P.T Barnum (Hugh Jackman) want’s nothing more than to succeed in life, but with one risky project after another, he and his family couldn’t be at worse ends. However, when a new museum comes up for sale Barnum sees a new life. Through growth and despair, we follow Barnum as he becomes the biggest name in entertainment, creating a legend left in history.
Before heading in to watch Hugh Jackman’s passion project I was ready to be disappointed, sad at Hollywood’s cashing in on musicals after ‘La La Land’ and overall under-whelmed. So you can imagine my surprise when I exited the cinema after two hours completely spell-bound, a smile on my face and every tune already stuck in my head. It really is quite a surprise of modern cinema (if we avoid the obvious hideous things P.T Barnum had also done, which definitely were not shown in the film).
Starting off with a wistful tune about growing up in love with someone far outside your circles, you straight away get the feeling this is a film designed to put smiles on your face and not challenge any kind of cinema cliché. What I loved about the beginning of this film was the sheer joy it jumped straight in to, singing and dancing on the (questionably computer generated) rooftops. From there we leap into a story of imagination, rolling rhythms and meanings of forgiveness and more than anything, acceptance.
Within this film, we follow Jackman’s Barnum through a torrid rollercoaster, as all he wants to do is succeed and take his family out of the poverty and dead-ends they appear in, no matter how accepting and loving Michelle Williams Charity Barnum is. He continues to take risks, his biggest (and the whole premise of the film) relying on the purchase of an old museum of peculiarities. At first, it doesn’t grab an audience, something some viewers may feel similarities with as we start to know where this is all going to go, no success, anger and probably a disappointment, however, it ends up thriving. Due to some scouting, we quickly meet some new human peculiarities that Barnum, whilst in real-life promoting a tad too far, uses to make a buck but also improve their lives. Jackman plays this in a way that you can see Barnums true love, to not just display these people but give them a second chance and the love they deserve, especially Keale Settle’s Lettie Lutz who steals the show with her belter of a song ‘This Is Me’, which is surely a shoe-in for an Oscar? From here we do of course reach the inevitable low, but with song after song taking us forward you are by this point lost to the film and completely involved. Who knew a kiss in a film could make you gasp in modern cinema?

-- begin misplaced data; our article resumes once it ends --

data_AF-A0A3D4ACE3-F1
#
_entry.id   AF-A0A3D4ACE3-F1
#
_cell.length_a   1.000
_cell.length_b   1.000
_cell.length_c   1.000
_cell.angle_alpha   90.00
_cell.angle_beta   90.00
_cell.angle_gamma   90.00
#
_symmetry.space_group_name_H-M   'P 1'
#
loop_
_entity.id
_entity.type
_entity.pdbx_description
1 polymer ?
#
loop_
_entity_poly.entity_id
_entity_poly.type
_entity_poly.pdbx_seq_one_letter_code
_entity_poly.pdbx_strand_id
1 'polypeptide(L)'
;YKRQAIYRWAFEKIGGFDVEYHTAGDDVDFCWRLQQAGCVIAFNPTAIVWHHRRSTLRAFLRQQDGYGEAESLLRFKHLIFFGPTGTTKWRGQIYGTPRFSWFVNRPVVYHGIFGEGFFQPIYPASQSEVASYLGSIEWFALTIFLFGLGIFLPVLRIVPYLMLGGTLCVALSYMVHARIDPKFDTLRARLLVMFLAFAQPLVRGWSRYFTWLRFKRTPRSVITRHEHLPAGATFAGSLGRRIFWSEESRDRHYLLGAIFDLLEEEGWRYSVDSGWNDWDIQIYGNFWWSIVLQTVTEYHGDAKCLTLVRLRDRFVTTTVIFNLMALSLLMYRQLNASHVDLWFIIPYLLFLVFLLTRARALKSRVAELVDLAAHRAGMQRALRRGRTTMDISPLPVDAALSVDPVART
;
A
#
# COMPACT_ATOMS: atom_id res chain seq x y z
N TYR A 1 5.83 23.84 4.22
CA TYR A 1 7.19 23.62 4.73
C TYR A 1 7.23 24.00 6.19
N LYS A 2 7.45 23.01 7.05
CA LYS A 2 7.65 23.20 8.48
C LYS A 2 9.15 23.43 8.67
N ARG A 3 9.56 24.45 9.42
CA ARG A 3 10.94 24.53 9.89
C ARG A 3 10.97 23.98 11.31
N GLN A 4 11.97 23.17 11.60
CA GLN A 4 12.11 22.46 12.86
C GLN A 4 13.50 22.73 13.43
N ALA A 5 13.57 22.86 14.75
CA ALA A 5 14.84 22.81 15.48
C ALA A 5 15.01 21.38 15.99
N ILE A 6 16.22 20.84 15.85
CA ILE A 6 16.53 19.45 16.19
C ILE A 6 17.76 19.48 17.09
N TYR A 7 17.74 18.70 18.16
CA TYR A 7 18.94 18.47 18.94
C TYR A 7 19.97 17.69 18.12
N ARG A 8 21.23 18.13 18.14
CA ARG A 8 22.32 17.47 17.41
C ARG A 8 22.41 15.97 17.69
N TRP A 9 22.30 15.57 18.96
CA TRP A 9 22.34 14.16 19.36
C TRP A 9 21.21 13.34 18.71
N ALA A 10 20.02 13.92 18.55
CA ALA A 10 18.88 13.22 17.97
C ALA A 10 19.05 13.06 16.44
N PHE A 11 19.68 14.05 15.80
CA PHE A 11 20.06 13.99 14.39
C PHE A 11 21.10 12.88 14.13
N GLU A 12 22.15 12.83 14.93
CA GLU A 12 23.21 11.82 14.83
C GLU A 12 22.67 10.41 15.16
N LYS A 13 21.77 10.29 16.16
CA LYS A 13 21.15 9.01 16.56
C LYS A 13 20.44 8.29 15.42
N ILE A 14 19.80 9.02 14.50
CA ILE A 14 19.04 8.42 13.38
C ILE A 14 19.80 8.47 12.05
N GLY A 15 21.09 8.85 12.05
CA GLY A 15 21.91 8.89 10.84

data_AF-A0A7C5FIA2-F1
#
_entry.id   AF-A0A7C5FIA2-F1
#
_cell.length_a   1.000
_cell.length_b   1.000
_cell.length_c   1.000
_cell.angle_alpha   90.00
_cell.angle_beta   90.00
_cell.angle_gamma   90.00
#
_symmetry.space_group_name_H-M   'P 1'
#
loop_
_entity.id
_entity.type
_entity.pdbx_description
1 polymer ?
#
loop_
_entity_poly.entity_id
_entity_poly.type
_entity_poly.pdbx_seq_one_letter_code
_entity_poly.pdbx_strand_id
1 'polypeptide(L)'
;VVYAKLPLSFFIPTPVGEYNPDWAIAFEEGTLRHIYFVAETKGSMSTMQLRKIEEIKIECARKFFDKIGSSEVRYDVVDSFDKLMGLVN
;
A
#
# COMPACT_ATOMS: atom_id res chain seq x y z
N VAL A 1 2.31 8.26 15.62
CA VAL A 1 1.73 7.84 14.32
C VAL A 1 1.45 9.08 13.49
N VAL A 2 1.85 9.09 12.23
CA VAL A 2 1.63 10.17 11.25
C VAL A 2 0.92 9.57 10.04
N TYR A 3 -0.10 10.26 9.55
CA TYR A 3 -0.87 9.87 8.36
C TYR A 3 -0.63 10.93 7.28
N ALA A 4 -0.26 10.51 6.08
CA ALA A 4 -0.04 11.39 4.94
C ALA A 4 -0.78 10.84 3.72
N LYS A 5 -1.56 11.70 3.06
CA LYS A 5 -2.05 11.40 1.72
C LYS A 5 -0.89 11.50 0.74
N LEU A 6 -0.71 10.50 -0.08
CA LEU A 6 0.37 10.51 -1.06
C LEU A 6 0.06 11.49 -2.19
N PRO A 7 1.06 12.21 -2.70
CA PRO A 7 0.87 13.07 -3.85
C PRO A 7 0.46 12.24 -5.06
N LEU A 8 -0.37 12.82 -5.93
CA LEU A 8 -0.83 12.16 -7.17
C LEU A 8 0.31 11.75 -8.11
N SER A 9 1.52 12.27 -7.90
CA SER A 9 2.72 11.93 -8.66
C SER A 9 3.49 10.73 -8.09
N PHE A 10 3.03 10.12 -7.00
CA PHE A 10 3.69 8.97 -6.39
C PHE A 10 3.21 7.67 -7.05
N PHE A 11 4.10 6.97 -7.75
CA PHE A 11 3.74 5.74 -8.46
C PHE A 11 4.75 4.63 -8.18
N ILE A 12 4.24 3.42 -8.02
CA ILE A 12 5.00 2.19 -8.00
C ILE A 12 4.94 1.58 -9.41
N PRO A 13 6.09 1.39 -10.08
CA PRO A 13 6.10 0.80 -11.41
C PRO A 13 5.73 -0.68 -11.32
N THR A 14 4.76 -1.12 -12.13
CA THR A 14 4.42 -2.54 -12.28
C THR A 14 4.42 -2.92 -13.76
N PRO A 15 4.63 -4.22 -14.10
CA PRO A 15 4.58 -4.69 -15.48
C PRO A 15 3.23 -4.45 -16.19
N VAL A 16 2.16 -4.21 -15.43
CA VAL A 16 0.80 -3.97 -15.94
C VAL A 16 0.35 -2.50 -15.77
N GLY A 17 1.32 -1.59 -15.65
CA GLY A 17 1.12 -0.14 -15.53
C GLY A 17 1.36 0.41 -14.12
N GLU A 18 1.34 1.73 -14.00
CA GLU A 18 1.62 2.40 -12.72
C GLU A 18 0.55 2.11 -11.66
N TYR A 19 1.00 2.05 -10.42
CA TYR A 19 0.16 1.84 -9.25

Without a doubt, throughout this film, you can practically feel the love Hugh Jackman has for his passion project and every element of it, with every movement so enthused and full of life. Sometimes passion projects can flop and turn out as just a script one actor or director loves, other times it can be something quite special and for me, this is what The Greatest Showman was.
Musicals can sometimes alienate audiences, presenting too much of the storyline via song and dance and not enough through more mellow moments. For me, The Greatest Showman’s success is based around this. It doesn’t stuff the script full of music, or make every line a note, but simply puts a few songs in at key moments that work so well that you leave the cinema with a memory of every key point of plotting. Without doubt The Greatest Showman was a late surprise of a film for 2017, while some may find it cheesy and overdone, others, like myself, may just get lost in it and fall in love with musicals all over again (La La Land may have got there first to be truthful though). All in, a marvellous piece of entertainment.
Hugh Jackman’s passion project becomes a surprise beauty of 2017, leaving you both smiling and with every song in your head. A simple joy.